Elsewhere in weekend-long retrospectives hosted by the American Cinematheque, the Egyptian's Centennial Salute to Sterling Hayden marches on with a 35mm double bill of Johnny Guitar and The Asphalt Jungle. Hayden, an enduring icon of the screen, is flanked by great co-stars and guided by masterful directors in these two: Joan Crawford and Nicholas Ray in the elegiac Western Johnny Guitar, Marilyn Monroe and John Huston in Asphalt Jungle. Both are classics of midcentury American cinema. Egyptian Theatre, 6712 Hollywood Blvd., Hollywood.; Sun., March 27, 7:30 p.m.; $11. (323) 466-3456, americancinemathequecalendar.com. —Michael Nordine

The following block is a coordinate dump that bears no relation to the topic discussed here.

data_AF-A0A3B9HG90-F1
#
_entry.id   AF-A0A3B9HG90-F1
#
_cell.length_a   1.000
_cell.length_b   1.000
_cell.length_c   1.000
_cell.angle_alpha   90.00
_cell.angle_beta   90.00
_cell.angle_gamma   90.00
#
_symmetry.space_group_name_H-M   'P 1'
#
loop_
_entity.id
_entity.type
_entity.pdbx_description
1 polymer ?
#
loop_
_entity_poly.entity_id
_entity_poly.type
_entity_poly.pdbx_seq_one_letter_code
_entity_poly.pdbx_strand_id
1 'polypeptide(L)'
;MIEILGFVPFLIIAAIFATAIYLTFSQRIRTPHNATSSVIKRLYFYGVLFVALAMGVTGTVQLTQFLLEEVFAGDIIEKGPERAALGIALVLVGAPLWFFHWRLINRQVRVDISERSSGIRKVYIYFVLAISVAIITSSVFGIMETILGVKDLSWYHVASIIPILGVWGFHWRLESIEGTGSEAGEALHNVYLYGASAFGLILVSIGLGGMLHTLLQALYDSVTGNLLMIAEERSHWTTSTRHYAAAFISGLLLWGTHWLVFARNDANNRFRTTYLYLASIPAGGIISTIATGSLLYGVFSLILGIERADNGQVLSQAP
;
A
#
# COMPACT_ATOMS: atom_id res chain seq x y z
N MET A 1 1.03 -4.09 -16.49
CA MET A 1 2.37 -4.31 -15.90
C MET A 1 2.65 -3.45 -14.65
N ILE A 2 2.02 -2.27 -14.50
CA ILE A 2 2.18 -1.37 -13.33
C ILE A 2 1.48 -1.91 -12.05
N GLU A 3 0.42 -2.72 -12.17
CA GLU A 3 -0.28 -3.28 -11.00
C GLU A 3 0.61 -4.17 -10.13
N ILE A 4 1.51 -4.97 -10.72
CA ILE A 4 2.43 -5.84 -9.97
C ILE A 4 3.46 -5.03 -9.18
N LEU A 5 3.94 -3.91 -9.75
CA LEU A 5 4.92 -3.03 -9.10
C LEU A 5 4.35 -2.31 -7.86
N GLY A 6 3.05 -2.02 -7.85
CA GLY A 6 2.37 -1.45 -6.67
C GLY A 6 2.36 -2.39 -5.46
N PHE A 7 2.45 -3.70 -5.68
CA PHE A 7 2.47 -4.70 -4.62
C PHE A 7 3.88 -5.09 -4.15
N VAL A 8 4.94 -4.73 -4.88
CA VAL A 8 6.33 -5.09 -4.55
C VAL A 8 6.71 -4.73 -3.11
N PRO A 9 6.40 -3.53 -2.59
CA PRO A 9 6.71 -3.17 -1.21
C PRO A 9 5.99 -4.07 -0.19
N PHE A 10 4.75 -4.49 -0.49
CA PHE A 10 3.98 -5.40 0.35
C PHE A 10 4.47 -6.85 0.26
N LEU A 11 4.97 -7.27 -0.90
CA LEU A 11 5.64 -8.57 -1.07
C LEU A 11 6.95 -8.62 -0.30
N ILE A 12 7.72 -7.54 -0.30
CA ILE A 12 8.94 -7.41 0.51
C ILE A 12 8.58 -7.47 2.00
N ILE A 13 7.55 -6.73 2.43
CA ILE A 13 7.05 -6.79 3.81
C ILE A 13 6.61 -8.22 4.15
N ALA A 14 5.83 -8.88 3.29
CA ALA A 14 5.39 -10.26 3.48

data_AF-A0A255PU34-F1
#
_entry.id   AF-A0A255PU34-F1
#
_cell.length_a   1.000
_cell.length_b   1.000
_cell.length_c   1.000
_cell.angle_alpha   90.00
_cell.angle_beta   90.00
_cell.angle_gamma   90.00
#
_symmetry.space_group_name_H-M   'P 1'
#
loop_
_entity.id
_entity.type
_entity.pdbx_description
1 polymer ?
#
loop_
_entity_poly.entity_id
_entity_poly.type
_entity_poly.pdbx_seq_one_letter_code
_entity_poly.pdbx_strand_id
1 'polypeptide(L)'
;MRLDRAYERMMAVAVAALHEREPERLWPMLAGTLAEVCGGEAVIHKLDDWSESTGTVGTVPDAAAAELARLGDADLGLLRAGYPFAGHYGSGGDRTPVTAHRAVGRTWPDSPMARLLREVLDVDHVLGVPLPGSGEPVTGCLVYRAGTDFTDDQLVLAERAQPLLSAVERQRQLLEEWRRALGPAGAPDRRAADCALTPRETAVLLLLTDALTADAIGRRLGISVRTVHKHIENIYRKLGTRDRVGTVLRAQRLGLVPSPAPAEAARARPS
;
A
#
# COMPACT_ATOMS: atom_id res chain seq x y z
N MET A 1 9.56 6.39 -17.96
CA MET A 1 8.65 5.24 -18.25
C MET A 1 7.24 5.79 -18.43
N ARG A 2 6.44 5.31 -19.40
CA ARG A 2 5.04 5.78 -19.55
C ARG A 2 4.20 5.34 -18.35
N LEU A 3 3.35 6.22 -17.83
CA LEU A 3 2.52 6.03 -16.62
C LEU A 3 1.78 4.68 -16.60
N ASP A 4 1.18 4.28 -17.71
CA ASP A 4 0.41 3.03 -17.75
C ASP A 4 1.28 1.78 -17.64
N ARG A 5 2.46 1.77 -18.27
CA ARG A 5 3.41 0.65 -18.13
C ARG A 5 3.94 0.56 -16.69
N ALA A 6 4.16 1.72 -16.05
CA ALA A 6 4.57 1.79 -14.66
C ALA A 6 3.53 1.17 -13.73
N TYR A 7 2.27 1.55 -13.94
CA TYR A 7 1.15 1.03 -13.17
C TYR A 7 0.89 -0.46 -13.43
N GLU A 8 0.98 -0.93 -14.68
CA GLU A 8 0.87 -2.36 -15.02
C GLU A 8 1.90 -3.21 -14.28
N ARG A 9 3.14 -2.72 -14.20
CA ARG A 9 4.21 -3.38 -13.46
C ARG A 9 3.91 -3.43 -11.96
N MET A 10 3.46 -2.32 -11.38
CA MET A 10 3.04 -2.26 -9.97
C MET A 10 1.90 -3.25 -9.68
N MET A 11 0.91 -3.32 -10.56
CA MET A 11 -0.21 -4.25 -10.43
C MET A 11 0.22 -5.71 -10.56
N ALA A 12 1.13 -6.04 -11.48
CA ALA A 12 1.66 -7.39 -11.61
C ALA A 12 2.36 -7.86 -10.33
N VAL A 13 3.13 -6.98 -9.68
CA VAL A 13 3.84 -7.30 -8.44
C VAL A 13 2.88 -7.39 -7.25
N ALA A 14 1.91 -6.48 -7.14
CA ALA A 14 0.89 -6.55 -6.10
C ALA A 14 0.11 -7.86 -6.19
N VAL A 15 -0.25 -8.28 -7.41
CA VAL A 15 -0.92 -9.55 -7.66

The Museum of Broken Relationships began in 2006 when Croatian couple Olinka Vistica and Drazen Grubisic decided to publicly display the remnants of their breakup alongside items donated by other failed couples. The exhibit traveled to other countries, and in 2010, a permanent museum opened in Zagreb. The museum’s second permanent branch opens in the old Frederick’s of Hollywood store on Hollywood Boulevard in late May. In anticipation of its launch, the Ace Hotel hosts a preview of the exhibit, which will feature items accompanied by text. The museum’s website is currently seeking submissions. Upstairs at Ace Hotel, 929 S. Broadway, downtown; Mon., March 28, 8 p.m.; free with RSVP. brokenships.la. —Siran Babayan